Ed Tech Strategies Publishes K–12 Cyber Incident Map
Ed Tech Strategies, a Virginia-based research and counsel consultancy, has published a K–12 Cyber Incident Map, an interactive visualization of cybersecurity-related incidents reported about United States K–12 public schools and districts from 2016 to the present.
From the period of Jan. 1, 2016 to March 29, 2017, U.S. public schools experienced at least 105 separate cybersecurity-related incidents resulting in the disclosure of personal information, the loss of taxpayer dollars and the loss of instructional time, according to Ed Tech Strategies’ website. Some of these incidents have resulted in identity theft, as well as criminal charges for the perpetrators.
On the map, Ed Tech Strategies has identified incidents using blue, purple, yellow, green and red pins. The cyber incidents include:
- Phishing attacks resulting in the disclosure of personal data (blue pins);
- Other unauthorized disclosures, breaches or hacks resulting in the disclosure of personal data (purple pins);
- Ransomware attacks (yellow pins);
- Denial of service attacks (green pins); and
- Other cyber incidents resulting in school disruptions and unauthorized disclosures (red pins).
The K–12 Cyber Incident Map is interactive and actually extremely sensitive to mouse or trackpad touch. One can shrink or enlarge the map, or click on a pin, which provides a summary of information about each specific incident, including the year the incident became public, the school or district involved, the incident type, a brief description of the incident and the source of the data about the incident.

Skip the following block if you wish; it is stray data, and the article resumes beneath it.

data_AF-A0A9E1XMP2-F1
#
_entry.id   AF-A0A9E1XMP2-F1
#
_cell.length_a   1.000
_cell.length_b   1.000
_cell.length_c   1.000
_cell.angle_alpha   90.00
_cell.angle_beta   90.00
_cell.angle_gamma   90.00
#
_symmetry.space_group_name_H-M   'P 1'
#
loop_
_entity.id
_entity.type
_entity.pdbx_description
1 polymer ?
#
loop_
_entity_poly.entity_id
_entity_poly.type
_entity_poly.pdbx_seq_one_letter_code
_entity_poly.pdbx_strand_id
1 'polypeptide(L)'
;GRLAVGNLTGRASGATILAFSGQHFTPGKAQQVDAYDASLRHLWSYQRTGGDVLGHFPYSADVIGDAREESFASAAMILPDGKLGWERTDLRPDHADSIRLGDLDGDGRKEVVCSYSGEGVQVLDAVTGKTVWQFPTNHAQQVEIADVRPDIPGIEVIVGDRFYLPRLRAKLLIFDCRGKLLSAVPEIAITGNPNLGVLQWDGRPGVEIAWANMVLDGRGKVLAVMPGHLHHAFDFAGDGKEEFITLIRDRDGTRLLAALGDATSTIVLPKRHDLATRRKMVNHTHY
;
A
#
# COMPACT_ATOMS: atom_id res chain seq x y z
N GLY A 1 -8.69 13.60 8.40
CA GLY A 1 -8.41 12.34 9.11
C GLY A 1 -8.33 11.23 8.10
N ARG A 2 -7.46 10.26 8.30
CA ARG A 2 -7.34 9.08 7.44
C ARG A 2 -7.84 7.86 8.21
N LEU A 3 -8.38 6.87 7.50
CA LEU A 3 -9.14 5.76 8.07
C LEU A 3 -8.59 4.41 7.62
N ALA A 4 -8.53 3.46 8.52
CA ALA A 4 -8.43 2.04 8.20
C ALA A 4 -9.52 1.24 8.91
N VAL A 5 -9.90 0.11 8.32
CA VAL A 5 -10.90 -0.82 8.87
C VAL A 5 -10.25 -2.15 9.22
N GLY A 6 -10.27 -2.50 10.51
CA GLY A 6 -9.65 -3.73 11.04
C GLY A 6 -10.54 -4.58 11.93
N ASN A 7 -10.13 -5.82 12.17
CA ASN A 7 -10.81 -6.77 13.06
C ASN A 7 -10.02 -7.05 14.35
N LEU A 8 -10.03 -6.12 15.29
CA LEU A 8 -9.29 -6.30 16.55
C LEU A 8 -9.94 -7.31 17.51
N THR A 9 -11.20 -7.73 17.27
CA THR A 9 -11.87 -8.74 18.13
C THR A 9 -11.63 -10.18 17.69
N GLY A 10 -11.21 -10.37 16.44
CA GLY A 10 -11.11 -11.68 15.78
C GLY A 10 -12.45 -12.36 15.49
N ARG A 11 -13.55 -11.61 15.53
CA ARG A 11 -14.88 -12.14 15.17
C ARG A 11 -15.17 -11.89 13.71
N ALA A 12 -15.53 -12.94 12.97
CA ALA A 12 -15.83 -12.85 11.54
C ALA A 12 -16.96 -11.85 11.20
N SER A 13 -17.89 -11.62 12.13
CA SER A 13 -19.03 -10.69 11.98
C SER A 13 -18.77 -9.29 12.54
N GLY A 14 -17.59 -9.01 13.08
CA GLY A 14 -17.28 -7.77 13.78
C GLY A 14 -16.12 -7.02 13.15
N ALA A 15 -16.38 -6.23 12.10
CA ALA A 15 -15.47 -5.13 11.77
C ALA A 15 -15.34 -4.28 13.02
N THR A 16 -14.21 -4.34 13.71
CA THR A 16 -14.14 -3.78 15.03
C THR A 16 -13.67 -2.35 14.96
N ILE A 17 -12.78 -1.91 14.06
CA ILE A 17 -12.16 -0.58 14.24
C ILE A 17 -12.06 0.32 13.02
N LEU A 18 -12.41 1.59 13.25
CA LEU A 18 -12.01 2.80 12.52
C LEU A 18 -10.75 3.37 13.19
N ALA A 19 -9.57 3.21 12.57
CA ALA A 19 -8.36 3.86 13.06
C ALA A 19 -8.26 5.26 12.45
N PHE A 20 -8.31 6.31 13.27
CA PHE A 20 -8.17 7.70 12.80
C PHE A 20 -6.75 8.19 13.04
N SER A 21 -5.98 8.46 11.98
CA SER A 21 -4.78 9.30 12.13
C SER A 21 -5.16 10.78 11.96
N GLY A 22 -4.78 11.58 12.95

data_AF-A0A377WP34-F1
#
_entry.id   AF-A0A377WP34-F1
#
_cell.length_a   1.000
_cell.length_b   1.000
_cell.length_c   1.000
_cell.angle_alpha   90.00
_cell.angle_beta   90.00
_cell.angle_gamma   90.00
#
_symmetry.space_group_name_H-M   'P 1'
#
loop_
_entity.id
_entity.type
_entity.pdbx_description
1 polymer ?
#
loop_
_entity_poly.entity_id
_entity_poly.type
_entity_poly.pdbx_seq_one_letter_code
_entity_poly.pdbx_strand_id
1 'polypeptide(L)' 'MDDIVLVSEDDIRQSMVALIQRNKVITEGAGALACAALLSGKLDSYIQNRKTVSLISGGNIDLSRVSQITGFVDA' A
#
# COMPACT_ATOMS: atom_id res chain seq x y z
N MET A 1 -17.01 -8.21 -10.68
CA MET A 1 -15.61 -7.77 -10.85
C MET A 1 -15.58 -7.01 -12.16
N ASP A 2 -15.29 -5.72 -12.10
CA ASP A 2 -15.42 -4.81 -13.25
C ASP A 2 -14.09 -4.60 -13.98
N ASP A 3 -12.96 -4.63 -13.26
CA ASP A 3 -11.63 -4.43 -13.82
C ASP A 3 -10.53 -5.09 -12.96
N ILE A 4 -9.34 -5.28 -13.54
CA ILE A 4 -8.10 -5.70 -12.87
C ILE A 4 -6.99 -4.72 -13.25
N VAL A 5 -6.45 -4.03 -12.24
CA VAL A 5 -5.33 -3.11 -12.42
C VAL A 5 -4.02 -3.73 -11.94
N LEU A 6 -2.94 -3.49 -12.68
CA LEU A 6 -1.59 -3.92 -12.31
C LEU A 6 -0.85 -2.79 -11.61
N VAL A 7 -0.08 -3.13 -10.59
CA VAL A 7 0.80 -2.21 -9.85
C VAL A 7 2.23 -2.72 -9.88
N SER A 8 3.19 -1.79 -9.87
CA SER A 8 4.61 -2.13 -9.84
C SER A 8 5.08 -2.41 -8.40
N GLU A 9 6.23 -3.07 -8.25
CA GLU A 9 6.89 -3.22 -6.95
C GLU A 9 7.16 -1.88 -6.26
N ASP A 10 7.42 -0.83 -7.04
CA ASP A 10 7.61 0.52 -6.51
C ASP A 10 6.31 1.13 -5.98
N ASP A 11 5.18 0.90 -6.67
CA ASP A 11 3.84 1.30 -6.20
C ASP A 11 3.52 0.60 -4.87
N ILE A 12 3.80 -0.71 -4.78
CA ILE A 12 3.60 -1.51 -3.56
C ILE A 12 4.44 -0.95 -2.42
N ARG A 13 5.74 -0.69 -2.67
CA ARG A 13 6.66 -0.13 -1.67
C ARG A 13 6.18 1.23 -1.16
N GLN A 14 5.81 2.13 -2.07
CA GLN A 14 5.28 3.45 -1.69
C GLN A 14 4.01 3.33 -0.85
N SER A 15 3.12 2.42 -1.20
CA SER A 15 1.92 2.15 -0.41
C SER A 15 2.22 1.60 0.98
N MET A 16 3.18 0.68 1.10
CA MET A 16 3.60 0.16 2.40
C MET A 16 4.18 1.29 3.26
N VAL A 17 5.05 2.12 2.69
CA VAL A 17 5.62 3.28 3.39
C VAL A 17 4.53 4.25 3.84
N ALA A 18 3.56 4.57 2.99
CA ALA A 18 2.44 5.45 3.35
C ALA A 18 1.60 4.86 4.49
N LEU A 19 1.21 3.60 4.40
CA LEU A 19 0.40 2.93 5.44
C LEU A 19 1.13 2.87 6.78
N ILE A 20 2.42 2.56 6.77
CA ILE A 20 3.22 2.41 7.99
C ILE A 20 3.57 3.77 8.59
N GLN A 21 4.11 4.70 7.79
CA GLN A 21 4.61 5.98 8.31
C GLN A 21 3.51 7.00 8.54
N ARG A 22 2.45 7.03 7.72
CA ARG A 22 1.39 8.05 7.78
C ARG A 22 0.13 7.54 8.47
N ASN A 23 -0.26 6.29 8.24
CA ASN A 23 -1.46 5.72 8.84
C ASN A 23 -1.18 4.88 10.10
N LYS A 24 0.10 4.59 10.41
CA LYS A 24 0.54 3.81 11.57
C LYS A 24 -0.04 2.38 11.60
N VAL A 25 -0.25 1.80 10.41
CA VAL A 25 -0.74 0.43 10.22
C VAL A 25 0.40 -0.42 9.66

For example, at Hanks High School in El Paso, TX in 2017, confidential information belonging to the high school’s students might have been compromised after a laptop containing transcripts of every student at the school was stolen. The source for this incident was the media, as reported by DataBreaches.net.
“As public education increasingly relies on technology for teaching, learning, assessment and school operations, it is imperative that effective policy and practice is in place to protect children and youth, as well as taxpayer-funded equipment and services,” states the site, which is operated by Douglas A. Levin, founder and president of Ed Tech Strategies. Levin served as executive director of the State Educational Technology Directors Association (SETDA) from 2009-2015, and helped develop and implement the nation’s first education technology plan and strategy under President Clinton in 1996. He also assisted in subsequent updates under President George W. Bush in 2000 and 2004, and consulted President Obama on the development of the 2016 plan.
The map data comes from extensive online searches and consultation with experts, the site states. The Privacy Rights Clearinghouse maintains a database of public breaches that includes some information about school incidents. Databreaches.net offers the most extensive history of education-related incidents, the Ed Tech Strategies site says.
To view the map, visit the Ed Tech Strategies website. To report an incident, contact Levin at [email protected].
Richard Chang is associate editor of THE Journal. He can be reached at [email protected].